Does your child seem to hate everything you offer them for meals and snacks? End dinnertime drama with simple, sane advice from Susan Stiffelman, author of Parenting Without Power Struggles: Raising Joyful, Resilient Kids While Staying Cool, Calm, and Connected.
Food is one of only two areas where a child has ultimate control. (The other is pooping!) We can beg, plead, bribe, and cajole children to try their broccoli or finish their soup, but we cannot force them to eat without creating immense drama, and in some cases, contributing to eating disorders down the road.
Still, it’s often frustrating—and worrisome—to deal with a picky eater. Parents often ask me how to get their youngster to eat dinner without negotiations, arguments, or willful refusal of requests to “Just try it!” or “Take one more bite!”
My advice is this: Provide healthy food for your children, serve it in appealing and small portions, make dinner a fun time to engage with the family through lively conversation or table games, and then go about eating the meal without fixating on whether your child is or isn’t eating. If Hank turns up his nose at what you’ve served, simply say something like, “If you don’t like what we’re having, there’s hummus and pita in the fridge; help yourself.” The less you are obsessed with what your child is eating, the less interesting it will be to refuse to eat. Always have nutritious finger foods and snacks that your youngster can prepare if he doesn’t want to at dinner, and carry on enjoying your own without a lot of discussion or fuss.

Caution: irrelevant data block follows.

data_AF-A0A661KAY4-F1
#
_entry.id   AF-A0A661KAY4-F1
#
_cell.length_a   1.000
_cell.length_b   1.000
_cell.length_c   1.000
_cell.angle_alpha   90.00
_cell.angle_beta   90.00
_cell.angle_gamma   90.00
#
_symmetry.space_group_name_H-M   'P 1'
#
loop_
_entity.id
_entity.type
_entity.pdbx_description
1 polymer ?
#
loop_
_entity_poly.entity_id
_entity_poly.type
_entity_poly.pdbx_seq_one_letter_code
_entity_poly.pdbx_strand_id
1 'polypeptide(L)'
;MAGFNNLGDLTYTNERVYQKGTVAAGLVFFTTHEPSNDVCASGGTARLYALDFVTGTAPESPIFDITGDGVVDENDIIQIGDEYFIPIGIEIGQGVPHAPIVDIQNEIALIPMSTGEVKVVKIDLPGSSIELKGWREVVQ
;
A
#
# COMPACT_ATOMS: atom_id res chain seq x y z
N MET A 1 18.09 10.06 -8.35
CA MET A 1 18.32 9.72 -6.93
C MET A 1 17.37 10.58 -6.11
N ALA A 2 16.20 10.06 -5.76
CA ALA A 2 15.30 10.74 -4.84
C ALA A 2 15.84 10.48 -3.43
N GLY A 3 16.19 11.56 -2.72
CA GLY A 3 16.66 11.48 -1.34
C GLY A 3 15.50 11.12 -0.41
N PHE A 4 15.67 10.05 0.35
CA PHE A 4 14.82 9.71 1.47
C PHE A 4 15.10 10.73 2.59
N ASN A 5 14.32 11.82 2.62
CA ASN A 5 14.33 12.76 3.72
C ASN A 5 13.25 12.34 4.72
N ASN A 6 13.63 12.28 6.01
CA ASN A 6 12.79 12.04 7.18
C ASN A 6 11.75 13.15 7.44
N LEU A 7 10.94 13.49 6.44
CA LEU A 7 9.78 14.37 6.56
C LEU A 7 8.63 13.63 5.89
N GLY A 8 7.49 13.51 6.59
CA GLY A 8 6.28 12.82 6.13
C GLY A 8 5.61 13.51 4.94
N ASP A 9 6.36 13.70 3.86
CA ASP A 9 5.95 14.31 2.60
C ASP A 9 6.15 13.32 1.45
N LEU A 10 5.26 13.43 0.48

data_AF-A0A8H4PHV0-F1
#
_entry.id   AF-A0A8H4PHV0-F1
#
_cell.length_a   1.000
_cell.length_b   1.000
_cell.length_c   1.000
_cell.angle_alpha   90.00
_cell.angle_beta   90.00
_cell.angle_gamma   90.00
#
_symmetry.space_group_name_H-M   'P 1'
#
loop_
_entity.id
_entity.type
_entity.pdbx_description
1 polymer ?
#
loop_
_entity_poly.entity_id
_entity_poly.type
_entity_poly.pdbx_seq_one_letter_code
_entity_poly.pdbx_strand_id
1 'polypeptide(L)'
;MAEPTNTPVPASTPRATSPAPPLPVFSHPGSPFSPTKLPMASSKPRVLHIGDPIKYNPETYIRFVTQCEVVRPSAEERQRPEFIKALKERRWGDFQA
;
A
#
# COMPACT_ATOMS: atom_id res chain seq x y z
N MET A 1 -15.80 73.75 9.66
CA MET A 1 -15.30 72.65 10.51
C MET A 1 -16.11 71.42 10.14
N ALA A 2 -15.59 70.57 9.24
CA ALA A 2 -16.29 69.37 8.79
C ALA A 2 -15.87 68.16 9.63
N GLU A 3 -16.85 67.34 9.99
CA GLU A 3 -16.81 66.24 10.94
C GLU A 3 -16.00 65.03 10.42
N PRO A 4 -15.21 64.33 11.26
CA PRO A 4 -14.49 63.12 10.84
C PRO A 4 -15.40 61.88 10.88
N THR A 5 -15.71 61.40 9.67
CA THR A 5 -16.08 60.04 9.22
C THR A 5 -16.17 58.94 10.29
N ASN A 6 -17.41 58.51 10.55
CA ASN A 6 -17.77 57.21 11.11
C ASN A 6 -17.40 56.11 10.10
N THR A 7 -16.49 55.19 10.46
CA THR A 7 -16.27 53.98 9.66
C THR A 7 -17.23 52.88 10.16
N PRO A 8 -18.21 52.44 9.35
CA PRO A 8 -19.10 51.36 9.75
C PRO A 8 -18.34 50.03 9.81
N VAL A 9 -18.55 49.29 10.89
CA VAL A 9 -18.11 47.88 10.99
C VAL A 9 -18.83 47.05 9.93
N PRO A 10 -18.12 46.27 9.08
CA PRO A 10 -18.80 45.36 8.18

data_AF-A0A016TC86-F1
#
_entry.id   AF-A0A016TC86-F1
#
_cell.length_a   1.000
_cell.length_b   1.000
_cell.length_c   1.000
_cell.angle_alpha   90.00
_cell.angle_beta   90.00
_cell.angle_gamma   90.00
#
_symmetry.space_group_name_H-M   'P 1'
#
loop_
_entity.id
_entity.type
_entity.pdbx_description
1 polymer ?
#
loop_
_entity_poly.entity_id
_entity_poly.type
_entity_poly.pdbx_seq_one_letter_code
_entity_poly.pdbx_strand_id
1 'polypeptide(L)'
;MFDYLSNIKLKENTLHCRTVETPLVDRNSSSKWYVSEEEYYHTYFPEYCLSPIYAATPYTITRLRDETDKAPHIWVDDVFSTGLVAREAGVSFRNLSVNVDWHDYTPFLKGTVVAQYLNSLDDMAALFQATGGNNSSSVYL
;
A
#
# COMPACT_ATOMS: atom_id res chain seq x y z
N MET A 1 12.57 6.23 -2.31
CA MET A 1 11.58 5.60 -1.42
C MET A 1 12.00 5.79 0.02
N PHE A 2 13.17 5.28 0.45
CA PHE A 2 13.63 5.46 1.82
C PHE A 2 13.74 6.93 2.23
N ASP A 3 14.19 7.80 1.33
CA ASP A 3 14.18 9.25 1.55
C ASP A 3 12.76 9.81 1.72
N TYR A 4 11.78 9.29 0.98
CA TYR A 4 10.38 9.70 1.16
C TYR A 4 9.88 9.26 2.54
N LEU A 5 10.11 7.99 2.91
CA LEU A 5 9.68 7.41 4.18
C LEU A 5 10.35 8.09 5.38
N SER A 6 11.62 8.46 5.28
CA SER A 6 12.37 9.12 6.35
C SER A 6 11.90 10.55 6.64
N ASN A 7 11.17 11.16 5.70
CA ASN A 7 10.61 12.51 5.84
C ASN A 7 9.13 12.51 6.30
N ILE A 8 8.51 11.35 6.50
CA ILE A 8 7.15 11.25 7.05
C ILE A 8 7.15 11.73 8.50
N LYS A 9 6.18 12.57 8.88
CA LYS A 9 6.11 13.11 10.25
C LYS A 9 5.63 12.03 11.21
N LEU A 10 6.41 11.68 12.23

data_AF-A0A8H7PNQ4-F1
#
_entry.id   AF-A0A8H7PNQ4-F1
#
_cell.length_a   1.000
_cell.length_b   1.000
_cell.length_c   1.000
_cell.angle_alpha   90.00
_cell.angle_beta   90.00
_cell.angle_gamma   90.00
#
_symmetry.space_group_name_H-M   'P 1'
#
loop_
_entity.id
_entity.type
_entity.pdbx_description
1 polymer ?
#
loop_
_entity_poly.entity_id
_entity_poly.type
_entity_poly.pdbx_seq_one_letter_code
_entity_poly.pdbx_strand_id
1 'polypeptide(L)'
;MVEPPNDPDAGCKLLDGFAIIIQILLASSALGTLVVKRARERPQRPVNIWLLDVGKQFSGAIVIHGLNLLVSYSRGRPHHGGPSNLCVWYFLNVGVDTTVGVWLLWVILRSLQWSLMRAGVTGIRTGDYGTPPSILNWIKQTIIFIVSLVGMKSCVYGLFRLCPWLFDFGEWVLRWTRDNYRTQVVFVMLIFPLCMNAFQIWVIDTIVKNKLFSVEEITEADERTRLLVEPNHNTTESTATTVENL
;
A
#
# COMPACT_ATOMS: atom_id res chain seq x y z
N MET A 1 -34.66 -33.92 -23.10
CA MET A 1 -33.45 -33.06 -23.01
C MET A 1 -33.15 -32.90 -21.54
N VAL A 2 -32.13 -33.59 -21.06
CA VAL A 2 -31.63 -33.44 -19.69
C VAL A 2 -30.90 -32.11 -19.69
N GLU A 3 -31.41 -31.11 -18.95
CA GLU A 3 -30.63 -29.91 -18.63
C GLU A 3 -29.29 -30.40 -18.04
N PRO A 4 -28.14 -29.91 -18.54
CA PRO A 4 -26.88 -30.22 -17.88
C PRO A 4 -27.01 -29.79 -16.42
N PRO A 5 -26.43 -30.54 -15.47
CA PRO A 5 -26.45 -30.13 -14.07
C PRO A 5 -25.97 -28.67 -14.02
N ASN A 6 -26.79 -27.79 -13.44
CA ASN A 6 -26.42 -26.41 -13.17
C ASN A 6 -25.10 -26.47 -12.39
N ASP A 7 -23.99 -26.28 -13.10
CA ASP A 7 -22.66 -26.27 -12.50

Keep in mind that some children’s extreme dislike of more than a limited variety of foods may indicate sensitivity and/or sensory processing issues; for these kids, unusual tastes and textures are extremely unpleasant. Consistent refusal to eat can also indicate food allergies. Never force a child to eat; if you have long-standing concerns about your youngster’s nutrition or health, consult a physician.
By managing our own reactions as we navigate the many and varied challenges of raising our children and keeping an eye on the “weather” by preventing predictable problems, we can enjoy smooth sailing and enjoy the journey together.
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